Elk Management Plan Set to Begin
Dan Foster, Wind Cave’s Chief of Resources, said, “In the past, the park used periodic roundups to gather elk and ship them to willing recipients such as tribes or other parks. With the threat of Chronic Wasting Disease (CWD) transmission, we can no longer ship live animals. This plan will be used to determine what the elk population in the park should be and how that population will be maintained.”
During this early stage of the planning process, public comments are being sought on the purpose, need, and objectives of the plan; additional environmental issues to be analyzed; and alternatives to be considered. A series of workshops, including brief presentations on Wind Cave’s elk management and the planning process, will be held across the state.
Facilitators will be on hand to encourage and record comments from participants. Park and other agency specialists will be available to answer technical questions.
Workshops will be conducted from 5 p.m. to 8:30 p.m., local time, with presentations at 5:30 p.m. and 7 p.m. nightly. Workshop locations and dates are:
Sioux Falls, Monday, August 22, at the SD Game, Fish and Parks Regional Headquarters on South Oxbow Avenue
Pierre, Tuesday, August 23, at the Best Western Ramkota on West Sioux Avenue
Rapid City, Wednesday, August 24, at the Best Western Ramkota on LaCrosse Street
Hot Springs, Thursday, August 25, at the Mueller Center on South 6th Street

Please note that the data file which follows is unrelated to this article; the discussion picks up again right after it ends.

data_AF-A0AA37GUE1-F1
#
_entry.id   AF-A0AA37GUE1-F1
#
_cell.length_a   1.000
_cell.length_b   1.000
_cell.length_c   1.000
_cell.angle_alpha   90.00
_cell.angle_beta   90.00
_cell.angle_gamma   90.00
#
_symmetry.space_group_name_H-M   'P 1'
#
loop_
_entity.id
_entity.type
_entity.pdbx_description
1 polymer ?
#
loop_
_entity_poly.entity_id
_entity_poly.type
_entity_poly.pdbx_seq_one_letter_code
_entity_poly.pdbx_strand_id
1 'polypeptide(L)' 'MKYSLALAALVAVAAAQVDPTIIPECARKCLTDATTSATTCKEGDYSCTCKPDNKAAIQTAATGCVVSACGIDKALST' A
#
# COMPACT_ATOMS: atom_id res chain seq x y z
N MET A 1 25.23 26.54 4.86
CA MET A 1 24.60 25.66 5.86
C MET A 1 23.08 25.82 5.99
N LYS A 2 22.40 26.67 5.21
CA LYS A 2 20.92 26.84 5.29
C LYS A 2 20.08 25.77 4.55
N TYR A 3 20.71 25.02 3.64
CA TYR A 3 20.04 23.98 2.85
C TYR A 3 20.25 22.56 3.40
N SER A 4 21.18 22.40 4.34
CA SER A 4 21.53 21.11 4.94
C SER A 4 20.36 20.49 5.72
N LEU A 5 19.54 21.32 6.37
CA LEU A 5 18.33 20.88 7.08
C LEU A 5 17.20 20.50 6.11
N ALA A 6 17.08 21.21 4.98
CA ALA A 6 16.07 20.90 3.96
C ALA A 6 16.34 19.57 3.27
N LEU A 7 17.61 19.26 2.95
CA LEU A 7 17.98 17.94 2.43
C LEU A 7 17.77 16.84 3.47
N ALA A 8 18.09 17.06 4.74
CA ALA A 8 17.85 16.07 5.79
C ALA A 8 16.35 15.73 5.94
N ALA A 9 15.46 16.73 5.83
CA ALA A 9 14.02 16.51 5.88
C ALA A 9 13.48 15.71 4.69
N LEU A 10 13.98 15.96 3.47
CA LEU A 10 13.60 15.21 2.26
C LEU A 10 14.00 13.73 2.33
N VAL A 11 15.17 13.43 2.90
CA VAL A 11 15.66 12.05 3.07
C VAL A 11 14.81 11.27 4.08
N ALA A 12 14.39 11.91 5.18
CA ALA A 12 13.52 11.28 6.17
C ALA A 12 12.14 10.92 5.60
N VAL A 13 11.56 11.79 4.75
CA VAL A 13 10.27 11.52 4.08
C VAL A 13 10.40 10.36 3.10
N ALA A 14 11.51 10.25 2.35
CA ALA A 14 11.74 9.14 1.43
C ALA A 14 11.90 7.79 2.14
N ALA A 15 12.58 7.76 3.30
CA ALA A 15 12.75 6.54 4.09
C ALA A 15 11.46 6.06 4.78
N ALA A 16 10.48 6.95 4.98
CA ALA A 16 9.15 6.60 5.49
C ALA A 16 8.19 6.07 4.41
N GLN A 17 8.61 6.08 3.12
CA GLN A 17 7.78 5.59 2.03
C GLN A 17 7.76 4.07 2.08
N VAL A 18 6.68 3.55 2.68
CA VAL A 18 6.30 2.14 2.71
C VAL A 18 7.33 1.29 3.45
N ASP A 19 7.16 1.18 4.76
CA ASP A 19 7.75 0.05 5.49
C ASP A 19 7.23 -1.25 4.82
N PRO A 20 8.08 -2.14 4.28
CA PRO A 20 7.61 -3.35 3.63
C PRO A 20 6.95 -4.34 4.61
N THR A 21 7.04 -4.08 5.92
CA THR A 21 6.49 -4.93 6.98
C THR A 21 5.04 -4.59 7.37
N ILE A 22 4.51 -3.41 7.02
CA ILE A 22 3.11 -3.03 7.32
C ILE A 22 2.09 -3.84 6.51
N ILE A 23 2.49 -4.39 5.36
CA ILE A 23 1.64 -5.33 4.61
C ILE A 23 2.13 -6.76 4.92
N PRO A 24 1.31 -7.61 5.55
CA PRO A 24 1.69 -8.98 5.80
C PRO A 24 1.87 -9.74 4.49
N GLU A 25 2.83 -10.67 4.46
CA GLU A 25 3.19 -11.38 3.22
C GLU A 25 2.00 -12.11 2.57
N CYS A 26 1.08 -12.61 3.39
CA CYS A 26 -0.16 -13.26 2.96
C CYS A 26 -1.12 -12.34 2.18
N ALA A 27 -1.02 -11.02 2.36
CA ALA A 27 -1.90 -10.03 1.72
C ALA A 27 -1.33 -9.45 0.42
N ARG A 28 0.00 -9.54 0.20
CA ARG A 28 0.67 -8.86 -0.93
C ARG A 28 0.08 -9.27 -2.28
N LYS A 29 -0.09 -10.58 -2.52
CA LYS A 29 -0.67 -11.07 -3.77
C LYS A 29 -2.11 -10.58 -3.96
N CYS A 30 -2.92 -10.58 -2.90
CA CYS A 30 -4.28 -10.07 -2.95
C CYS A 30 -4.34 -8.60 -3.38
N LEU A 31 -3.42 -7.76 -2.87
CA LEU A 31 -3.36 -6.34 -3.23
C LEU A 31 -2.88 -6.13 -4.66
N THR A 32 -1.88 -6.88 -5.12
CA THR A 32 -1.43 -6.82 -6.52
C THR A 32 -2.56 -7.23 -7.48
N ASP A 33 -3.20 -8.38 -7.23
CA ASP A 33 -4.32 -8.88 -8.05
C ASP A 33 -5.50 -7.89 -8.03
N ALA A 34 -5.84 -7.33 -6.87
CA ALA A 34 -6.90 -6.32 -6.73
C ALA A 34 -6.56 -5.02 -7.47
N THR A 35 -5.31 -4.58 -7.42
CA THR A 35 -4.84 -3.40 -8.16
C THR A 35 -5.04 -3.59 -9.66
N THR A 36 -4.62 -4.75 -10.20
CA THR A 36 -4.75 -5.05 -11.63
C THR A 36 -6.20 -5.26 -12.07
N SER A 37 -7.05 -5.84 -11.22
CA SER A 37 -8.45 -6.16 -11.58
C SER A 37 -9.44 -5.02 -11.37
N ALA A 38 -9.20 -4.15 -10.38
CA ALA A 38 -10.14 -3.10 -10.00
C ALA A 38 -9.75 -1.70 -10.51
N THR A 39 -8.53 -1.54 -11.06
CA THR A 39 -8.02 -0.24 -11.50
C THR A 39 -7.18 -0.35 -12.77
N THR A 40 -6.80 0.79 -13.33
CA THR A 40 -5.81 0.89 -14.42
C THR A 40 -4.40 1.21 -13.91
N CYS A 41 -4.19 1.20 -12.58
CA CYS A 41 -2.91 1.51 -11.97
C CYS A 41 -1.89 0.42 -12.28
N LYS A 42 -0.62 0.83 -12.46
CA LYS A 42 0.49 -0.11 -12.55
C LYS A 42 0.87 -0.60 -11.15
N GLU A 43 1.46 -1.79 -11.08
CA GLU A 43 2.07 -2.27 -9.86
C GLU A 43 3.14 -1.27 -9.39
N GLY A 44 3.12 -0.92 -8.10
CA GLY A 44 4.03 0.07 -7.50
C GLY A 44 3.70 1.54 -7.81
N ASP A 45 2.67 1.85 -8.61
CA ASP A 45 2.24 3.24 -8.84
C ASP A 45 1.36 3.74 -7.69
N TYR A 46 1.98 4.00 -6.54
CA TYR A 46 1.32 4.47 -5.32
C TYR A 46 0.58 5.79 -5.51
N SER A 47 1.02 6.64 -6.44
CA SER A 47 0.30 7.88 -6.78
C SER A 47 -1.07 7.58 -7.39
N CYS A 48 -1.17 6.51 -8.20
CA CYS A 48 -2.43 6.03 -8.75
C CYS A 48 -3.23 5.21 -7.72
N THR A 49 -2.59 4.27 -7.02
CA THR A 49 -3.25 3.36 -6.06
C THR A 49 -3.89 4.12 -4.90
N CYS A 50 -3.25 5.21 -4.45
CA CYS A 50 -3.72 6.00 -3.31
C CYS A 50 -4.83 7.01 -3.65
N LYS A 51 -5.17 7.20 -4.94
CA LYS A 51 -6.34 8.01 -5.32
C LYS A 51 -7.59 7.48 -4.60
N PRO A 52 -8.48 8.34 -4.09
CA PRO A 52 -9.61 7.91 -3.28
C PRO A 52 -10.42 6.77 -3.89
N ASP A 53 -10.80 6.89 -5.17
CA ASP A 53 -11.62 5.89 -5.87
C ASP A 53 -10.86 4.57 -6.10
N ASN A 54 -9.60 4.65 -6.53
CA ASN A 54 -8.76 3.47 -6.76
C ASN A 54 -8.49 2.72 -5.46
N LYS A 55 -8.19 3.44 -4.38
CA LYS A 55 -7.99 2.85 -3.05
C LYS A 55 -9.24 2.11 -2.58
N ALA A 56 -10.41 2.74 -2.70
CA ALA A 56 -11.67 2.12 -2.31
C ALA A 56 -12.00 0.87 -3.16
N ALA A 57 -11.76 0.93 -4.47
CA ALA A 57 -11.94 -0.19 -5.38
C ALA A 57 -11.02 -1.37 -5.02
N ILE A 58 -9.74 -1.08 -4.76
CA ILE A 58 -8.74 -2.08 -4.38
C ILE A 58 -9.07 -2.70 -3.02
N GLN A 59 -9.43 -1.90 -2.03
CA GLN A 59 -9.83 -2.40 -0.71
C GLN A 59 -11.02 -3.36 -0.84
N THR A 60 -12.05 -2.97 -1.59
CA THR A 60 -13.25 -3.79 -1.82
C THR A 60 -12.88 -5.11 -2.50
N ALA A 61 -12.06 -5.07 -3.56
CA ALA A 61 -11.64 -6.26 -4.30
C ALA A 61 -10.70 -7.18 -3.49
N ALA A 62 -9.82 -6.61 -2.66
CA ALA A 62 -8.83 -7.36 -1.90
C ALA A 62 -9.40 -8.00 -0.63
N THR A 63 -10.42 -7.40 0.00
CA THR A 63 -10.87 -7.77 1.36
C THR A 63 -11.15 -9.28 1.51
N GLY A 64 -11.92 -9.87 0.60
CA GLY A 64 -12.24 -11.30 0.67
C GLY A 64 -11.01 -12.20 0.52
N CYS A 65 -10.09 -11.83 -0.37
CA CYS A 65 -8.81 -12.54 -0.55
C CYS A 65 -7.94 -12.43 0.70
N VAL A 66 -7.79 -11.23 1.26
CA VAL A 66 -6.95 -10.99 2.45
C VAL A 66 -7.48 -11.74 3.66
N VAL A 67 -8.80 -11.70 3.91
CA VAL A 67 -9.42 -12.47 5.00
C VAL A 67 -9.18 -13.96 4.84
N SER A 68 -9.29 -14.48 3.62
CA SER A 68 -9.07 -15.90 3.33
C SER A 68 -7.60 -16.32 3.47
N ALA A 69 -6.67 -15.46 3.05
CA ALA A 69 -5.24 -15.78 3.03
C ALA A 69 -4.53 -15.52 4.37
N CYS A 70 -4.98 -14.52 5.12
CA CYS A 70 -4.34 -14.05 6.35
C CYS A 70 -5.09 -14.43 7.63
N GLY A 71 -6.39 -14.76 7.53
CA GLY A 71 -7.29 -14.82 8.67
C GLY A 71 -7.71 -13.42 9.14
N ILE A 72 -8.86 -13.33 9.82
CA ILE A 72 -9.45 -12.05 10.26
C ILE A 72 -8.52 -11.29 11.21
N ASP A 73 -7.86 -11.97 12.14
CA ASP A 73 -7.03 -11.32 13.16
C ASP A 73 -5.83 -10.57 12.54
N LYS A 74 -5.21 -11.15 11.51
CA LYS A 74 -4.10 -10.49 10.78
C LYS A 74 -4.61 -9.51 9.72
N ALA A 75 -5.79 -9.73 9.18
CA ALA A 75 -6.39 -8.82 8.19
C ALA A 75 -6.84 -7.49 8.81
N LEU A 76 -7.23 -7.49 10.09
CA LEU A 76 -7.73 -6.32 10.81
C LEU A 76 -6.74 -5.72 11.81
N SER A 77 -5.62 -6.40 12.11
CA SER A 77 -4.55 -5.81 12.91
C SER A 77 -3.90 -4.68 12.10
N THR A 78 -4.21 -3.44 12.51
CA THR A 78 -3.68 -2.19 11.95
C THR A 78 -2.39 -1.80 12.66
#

Custer, Friday, August 26, at the Bavarian Inn Restaurant on Highway 385
Written comments can also be sent to Superintendent, Attn: Elk Management Plan, Wind Cave National Park, 26611 US Highway 385, Hot Springs, SD 57747, or faxed to 605/745-4207. Comments can also be sent via e-mail from the elk management plan link found at http://parkplanning.nps.gov/wica. Comments are most useful if received by September 9, 2005.
Individuals not representing businesses or organizations may request that their name and/or address be withheld from the record, which National Park Service will honor to the extent allowable by law. Once the draft plan is written, there will be another round of public meetings with a comment period to gather comments on the proposed alternatives.
Did You Know?
Winds caused by changes in barometric pressure are what give Wind Cave its name. These winds have been measured at the cave's walk-in entrance at over 70 mph. The winds at the natural entrance of the cave attracted the attention of Native Americans and early settlers.